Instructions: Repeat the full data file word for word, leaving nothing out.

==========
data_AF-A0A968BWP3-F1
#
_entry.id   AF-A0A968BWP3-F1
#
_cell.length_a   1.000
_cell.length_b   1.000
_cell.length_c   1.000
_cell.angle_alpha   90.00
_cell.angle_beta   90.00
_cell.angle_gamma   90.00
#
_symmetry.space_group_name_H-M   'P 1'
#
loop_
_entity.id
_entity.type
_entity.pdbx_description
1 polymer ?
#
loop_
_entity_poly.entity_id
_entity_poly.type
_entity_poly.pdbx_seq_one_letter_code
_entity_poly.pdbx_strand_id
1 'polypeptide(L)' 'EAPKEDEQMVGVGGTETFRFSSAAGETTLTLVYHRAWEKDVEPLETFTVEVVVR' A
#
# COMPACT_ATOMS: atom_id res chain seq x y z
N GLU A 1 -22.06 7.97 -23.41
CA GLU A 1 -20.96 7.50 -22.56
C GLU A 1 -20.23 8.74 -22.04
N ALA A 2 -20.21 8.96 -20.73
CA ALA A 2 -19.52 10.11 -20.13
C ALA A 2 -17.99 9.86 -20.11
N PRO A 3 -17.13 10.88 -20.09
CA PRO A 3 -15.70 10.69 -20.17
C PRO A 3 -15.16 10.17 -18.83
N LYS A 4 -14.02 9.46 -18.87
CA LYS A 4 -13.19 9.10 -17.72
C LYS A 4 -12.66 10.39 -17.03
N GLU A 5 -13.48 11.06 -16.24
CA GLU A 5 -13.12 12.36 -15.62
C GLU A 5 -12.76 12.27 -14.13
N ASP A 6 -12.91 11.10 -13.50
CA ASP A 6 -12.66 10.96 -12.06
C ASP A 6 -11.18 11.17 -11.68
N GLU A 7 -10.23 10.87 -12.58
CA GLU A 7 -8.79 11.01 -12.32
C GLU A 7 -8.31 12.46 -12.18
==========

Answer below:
data_AF-A0A968BWP3-F1
#
_entry.id   AF-A0A968BWP3-F1
#
_cell.length_a   1.000
_cell.length_b   1.000
_cell.length_c   1.000
_cell.angle_alpha   90.00
_cell.angle_beta   90.00
_cell.angle_gamma   90.00
#
_symmetry.space_group_name_H-M   'P 1'
#
loop_
_entity.id
_entity.type
_entity.pdbx_description
1 polymer ?
#
loop_
_entity_poly.entity_id
_entity_poly.type
_entity_poly.pdbx_seq_one_letter_code
_entity_poly.pdbx_strand_id
1 'polypeptide(L)' 'EAPKEDEQMVGVGGTETFRFSSAAGETTLTLVYHRAWEKDVEPLETFTVEVVVR' A
#
# COMPACT_ATOMS: atom_id res chain seq x y z
N GLU A 1 -22.06 7.97 -23.41
CA GLU A 1 -20.96 7.50 -22.56
C GLU A 1 -20.23 8.74 -22.04
N ALA A 2 -20.21 8.96 -20.73
CA ALA A 2 -19.52 10.11 -20.13
C ALA A 2 -17.99 9.86 -20.11
N PRO A 3 -17.13 10.88 -20.09
CA PRO A 3 -15.70 10.69 -20.17
C PRO A 3 -15.16 10.17 -18.83
N LYS A 4 -14.02 9.46 -18.87
CA LYS A 4 -13.19 9.10 -17.72
C LYS A 4 -12.66 10.39 -17.03
N GLU A 5 -13.48 11.06 -16.24
CA GLU A 5 -13.12 12.36 -15.62
C GLU A 5 -12.76 12.27 -14.13
N ASP A 6 -12.91 11.10 -13.50
CA ASP A 6 -12.66 10.96 -12.06
C ASP A 6 -11.18 11.17 -11.68
N GLU A 7 -10.23 10.87 -12.58
CA GLU A 7 -8.79 11.01 -12.32
C GLU A 7 -8.31 12.46 -12.18